Fragmented deformations of primitive multiple curves
Resume.
A primitive multiple curve is a CohenMacaulay irreducible projective curve that can be locally embedded in a smooth surface, and such that is smooth.
This paper studies the deformations of to curves with smooth irreducible components, when the number of components is maximal (it is then the multiplicity of ).
We are particularly interested in deformations to disjoint smooth irreducible components, which are called fragmented deformations. We describe them completely. We give also a characterization of primitive multiple curves having a fragmented deformation.
Summary
Mathematics Subject Classification: 14M05, 14B20
1. Introduction
A primitive multiple curve is an algebraic variety over which is CohenMacaulay, such that the induced reduced variety is a smooth projective irreducible curve, and that every closed point of has a neighborhood that can be embedded in a smooth surface. These curves have been defined and studied by C. Bănică and O. Forster in [ba_fo]. The simplest examples are infinitesimal neighborhoods of projective smooth curves embedded in a smooth surface (but most primitive multiple curves cannot be globally embedded in smooth surfaces, cf. [ba_ei], theorem 7.1).
Let be a primitive multiple curve with associated reduced curve , and suppose that . Let be the ideal sheaf of in . The multiplicity of is the smallest integer such that . We have then a filtration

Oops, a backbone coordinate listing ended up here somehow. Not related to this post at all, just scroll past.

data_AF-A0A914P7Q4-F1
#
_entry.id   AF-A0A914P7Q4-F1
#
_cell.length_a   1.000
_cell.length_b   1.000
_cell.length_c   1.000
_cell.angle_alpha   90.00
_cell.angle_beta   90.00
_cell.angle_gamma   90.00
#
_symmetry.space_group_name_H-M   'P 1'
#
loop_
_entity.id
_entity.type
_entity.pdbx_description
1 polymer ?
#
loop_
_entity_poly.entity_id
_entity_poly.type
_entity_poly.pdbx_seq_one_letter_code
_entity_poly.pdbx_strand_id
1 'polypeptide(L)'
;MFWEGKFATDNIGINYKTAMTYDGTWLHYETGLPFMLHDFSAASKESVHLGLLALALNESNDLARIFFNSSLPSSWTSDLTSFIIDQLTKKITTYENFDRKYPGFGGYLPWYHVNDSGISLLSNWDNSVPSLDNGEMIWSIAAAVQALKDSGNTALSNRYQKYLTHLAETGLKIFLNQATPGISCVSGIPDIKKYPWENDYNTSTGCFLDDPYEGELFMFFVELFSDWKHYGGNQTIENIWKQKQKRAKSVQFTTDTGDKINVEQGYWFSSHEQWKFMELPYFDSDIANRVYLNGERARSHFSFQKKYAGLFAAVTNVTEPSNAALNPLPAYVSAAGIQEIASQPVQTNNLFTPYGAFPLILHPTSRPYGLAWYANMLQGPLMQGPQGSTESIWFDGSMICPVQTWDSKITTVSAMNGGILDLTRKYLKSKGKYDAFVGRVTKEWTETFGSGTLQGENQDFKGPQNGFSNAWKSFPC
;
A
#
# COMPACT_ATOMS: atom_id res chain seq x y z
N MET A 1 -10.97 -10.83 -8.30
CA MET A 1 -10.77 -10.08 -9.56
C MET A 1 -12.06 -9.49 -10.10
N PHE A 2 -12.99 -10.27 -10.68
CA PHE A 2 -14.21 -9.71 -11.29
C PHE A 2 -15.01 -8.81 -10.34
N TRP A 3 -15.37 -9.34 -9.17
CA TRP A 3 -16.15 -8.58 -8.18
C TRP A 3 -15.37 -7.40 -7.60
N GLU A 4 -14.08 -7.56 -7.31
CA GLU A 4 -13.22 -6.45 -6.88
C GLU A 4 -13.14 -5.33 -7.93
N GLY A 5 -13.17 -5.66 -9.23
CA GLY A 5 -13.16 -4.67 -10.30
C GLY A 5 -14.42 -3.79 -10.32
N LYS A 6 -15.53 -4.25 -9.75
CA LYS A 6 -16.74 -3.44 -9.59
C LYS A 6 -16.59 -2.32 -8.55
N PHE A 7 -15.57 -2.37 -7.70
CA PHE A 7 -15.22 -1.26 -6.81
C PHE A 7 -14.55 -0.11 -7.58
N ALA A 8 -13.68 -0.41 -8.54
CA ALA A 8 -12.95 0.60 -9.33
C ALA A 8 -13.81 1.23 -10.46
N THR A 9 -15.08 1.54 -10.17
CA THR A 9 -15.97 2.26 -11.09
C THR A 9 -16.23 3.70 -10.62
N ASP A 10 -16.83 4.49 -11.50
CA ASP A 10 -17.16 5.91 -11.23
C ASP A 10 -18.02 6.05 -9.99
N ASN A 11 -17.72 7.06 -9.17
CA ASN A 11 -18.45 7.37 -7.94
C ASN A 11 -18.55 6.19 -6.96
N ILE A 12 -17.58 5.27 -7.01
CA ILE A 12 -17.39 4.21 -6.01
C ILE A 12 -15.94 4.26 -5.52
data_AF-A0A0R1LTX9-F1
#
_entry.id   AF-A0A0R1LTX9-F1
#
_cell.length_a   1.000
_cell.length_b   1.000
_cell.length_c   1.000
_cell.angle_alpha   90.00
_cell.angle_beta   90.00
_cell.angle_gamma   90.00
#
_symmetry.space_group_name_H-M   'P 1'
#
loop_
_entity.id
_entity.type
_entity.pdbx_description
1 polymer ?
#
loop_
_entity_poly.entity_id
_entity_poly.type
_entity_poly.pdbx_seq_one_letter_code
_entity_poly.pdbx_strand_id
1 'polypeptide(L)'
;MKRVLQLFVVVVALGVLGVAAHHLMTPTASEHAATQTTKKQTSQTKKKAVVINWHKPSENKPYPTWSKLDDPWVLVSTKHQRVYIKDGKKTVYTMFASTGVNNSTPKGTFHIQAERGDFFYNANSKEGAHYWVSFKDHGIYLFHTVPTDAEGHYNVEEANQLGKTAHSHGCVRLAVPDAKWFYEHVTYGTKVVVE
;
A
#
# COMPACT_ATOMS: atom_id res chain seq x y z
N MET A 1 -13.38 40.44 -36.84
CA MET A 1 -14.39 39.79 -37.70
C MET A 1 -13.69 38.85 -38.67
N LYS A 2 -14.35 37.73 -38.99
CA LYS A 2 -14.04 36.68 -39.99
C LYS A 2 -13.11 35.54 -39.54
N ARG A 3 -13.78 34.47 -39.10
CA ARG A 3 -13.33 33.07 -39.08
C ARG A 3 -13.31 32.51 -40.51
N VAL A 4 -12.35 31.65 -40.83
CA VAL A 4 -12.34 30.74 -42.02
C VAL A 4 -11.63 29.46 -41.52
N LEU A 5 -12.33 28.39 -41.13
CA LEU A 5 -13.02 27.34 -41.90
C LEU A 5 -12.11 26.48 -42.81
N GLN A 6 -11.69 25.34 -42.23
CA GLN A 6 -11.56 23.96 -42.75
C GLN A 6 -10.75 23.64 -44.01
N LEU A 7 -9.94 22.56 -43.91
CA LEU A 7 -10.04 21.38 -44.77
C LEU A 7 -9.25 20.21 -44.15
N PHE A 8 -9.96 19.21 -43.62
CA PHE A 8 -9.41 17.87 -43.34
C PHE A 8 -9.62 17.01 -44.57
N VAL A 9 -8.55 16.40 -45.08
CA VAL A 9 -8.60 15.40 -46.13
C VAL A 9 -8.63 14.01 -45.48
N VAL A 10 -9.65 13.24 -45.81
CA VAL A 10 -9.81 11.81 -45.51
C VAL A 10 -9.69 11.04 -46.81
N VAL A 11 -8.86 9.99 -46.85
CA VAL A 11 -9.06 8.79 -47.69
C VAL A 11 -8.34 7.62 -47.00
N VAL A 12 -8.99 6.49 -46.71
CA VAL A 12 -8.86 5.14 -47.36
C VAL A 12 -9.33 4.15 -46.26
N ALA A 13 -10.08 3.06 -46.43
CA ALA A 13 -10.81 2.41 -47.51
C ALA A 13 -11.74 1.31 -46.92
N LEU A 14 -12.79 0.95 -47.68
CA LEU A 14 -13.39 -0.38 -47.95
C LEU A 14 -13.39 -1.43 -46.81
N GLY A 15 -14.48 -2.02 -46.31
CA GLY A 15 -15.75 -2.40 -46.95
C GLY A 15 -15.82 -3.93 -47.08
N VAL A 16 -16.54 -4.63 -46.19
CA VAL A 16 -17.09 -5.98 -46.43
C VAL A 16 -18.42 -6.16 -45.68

where is the subscheme corresponding to the ideal sheaf and is a primitive multiple curve of multiplicity . The sheaf is a line bundle on , called the line bundle on associated to .
The deformations of double (i.e. of multiplicity 2) primitive multiple curves (also called ribbons) to smooth projective curves have been studied in [gon]. In this paper we are interested in deformations of primitive multiple curves of any multiplicity to reduced curves having exactly components which are smooth ( is the maximal number of components of deformations of ). In this case the number of intersection points of two components is exactly . We give some results in the general case (no assumption on ) and treat more precisely the case , i.e. deformations of to curves having exactly disjoint irreducible components.
1.1.
Motivation – Let be a flat projective morphism of algebraic varieties, a closed point of such that , a very ample line bundle on and a polynomial in one variable with rational coefficients. Let
be the corresponding relative moduli space of semistable sheaves (parametrizing the semistables sheaves on the fibers of with Hilbert polynomial with respect to the restriction of , cf. [si]).
We suppose first that there exists a closed point such that is a smooth projective irreducible curve. Then in general is not flat (some other examples on non flat relative moduli spaces are given in [in2]). The reason is that the generic structure of torsion free sheaves on is more complicated than on smooth curves, and some of these sheaves cannot be deformed to sheaves on the smooth fibers of .
A coherent sheaf on a smooth algebraic variety is locally free on some nonempty open subset of . This is not true on . But a coherent sheaf on is quasi locally free on some nonempty open subset of , i.e. on this open subset, is locally isomorphic to a sheaf of the form , the sequence of non negative integers being uniquely determined (cf. [dr2], [dr4]). It is not hard to see that if can be extended to a coherent sheaf on , flat on , then must be a multiple of . For example, it is impossible to deform the stable sheaf on in sheaves on the smooth fibers, if .